Well they don’t necessarily have to. Don’t forget that all software for Symbian phones – which are going to be with us for some years yet – is actually built for Nokia’s Qt framework, also used on MeeGo. Maybe Symbian apps haven’t exactly set the world on fire, but good recent phones like the N8 have revived them somewhat. Then of course, under the MeeGo skin the OS is basically Debian Linux. The Open Source community will be able to provide many heavy-duty applications, just as are currently available for Nokia’s earlier Linux devices.

And, it has Java. OK, big whoop. Java on phones has always been a should-have-been. Except… Android apps are basically Java, aren’t they? Running on a version of Linux too. With that similar basic structure, it should be fairly easy to port Android apps to MeeGo.

Easy, or even trivial – if an application that rejoices under the name of Alien Dalvik fulfils its promise. This is not an emulator; it allows Android apps to run natively under MeeGo. Now that would be something; the vast supply of Androids apps, on mobile Linux, on Nokia hardware. The user would have to assemble it themselves I guess, but they’d get a combination that could easily rival the official Windows product. The only question, I suppose, is whether it will be allowed to happen.

More Fun With QR Codes

€5, though you'd hardly know it

I’ve been looking out for people using these things in unexpected ways – and finding surprisingly few. There’s this fairly effective decorative example. Or this portrait made up of thousands, each of which is a link to a video. Or the guy who proposed via code – God would he have looked like a loser if she hadn’t accepted. But I think the prize goes to the Netherlands, which to celebrate the 100th anniversary of its royal mint is circulating €5 and €10 coins with codes on them that link to a *surprise*.

I’ll save you the trouble of pointing a phone at the screen (yes, that works), it goes here. Though to be honest, the surprise isn’t all that.

But the coins are kind of funky, even if they’re not really Euros in that they aren’t legal tender outside the Netherlands. (Perhaps just as well. How would you react to finding that weirdly realistic image of Queen Beatrix in your change?) And even at home, the €10 ones won’t be seeing a lot of circulation. Made of gold, they’re worth more than their face value.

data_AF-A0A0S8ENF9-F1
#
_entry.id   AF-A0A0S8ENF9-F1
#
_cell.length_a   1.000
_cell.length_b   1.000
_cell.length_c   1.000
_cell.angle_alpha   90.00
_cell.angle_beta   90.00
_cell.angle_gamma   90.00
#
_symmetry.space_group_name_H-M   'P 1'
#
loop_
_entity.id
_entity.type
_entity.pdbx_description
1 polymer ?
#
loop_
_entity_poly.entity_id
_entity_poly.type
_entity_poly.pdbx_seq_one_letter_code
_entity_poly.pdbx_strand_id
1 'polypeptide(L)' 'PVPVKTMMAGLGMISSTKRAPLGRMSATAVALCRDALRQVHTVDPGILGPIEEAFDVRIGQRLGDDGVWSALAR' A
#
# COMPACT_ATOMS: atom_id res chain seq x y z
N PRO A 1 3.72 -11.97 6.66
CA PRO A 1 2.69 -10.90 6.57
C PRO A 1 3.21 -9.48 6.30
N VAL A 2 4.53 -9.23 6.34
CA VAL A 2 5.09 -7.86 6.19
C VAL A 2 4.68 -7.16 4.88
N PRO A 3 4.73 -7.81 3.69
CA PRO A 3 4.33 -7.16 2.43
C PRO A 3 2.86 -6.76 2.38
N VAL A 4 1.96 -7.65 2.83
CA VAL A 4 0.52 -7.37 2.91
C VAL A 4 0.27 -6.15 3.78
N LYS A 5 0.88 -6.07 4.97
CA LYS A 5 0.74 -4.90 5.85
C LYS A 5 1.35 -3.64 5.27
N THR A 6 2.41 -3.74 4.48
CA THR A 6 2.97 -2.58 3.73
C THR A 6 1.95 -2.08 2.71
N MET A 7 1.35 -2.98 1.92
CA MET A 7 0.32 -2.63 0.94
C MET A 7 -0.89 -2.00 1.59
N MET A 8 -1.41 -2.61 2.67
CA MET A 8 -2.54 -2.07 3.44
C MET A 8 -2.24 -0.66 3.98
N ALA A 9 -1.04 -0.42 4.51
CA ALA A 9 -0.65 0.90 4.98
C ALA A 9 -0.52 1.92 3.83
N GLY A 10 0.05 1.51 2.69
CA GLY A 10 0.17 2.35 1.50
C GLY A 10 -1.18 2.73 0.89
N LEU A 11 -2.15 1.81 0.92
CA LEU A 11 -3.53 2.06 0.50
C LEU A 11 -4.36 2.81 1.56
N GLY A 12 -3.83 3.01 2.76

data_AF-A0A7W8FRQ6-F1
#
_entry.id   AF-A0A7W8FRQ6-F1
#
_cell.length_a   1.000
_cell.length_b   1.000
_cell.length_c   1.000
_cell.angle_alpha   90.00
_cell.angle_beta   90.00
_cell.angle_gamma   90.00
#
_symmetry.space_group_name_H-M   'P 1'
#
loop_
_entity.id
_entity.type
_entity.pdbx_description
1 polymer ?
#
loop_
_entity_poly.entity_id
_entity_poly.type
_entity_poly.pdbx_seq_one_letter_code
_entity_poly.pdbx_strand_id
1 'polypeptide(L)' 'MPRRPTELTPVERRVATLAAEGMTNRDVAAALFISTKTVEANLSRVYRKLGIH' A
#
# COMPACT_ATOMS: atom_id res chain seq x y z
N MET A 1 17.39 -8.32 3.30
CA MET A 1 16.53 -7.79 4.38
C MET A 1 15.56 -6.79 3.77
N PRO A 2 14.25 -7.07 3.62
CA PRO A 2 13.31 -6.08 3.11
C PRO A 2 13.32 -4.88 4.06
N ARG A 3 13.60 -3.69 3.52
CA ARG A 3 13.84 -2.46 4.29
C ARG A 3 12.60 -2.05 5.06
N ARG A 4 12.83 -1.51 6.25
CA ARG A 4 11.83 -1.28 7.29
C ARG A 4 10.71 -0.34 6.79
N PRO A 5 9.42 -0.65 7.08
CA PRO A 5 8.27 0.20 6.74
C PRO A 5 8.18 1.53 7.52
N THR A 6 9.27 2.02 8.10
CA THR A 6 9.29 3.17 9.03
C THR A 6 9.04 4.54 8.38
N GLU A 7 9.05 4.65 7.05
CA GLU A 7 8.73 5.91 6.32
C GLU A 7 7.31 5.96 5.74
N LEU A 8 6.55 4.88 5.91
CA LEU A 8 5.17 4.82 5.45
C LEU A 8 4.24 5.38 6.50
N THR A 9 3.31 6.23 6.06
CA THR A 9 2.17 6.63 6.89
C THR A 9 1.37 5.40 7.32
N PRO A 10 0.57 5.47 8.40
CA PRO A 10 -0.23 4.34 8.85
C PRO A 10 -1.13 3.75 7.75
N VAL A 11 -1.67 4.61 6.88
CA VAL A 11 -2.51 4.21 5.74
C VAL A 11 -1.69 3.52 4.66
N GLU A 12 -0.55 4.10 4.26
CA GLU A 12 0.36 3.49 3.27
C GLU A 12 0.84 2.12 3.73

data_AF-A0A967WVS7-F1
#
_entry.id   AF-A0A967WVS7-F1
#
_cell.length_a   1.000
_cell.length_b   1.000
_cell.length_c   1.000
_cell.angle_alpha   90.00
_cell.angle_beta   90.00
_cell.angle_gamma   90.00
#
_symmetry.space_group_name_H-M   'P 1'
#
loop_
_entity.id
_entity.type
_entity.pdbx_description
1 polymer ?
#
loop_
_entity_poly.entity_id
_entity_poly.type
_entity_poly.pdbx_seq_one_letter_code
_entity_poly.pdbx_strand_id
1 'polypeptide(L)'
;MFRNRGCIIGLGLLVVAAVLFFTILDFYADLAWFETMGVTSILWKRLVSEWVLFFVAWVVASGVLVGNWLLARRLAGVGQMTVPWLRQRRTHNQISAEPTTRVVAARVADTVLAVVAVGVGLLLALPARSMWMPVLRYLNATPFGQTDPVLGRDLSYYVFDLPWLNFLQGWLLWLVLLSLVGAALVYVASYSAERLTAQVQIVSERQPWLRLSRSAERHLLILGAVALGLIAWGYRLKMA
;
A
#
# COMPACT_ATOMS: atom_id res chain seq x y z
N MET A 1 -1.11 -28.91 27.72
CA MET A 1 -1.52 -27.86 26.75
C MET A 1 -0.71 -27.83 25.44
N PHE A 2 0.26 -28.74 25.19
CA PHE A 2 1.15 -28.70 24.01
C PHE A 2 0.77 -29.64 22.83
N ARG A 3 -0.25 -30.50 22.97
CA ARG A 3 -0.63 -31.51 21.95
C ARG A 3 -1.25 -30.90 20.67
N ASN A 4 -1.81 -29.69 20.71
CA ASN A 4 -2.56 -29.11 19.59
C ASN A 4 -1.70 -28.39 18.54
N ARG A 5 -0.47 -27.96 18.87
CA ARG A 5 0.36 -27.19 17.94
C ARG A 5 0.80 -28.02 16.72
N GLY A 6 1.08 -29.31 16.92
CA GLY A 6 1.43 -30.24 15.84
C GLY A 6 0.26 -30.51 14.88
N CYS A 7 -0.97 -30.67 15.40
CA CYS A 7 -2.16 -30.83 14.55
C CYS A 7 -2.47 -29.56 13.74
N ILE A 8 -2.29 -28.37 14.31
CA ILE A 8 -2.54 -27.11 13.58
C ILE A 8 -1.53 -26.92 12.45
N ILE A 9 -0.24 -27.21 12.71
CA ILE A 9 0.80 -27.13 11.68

Naturally there was a brief insta-panic about having ‘tracking codes’ on money that might secretly be scanned by vending machines, etc. But as every coin has the same code, all it actually tells you is that €5 has been spent. Which, let’s face it, you probably knew already. So it’s a rather pointless and gimmicky application of the technology really. Now if all the coins had a different one you could have some fun. Prizes maybe. Or say one in ten thousand links to a really fierce porn site.

Just one thing still bothers me. If the Dutch Royal Mint is only a hundred years old, what the hell did they use for money before?

Click On My Face

This is a artistic steganography try. It talks...
There could be a link encoded in this image. There isn't, but there could be.

Yesterday I was discussing QR codes, and the possibility of turning the actual text in magazines or on posters into links. I see no reason why in the very near future you couldn’t go to a Web page, video or other online resource simply by pointing a phone at a printed URL. These methods could help revive the flagging newspaper and magazine industries, by introducing a much greater integration between the printed page and the Internet. For example you could easily share a magazine article with Facebook friends.

An idea that I can see supplanting even this though is a form of steganography – that is, encoding links and other data into pictures, in such a way that they can be read by machine without being visible to humans. Actually this is already used for anti-forgery systems; Adobe Photoshop for example will refuse to handle scans of Euro notes because it recognizes a pattern hidden in the design. The same method could turn photographs into clickable links when you look at them through your phone.

And print designers will absolutely love this. Not only do they not require blocky codes or funny fonts, they can make tired elements like www and .com finally vanish from their pages. So these I think will be with us pretty soon. Until they’re eventually replaced by RFID ink.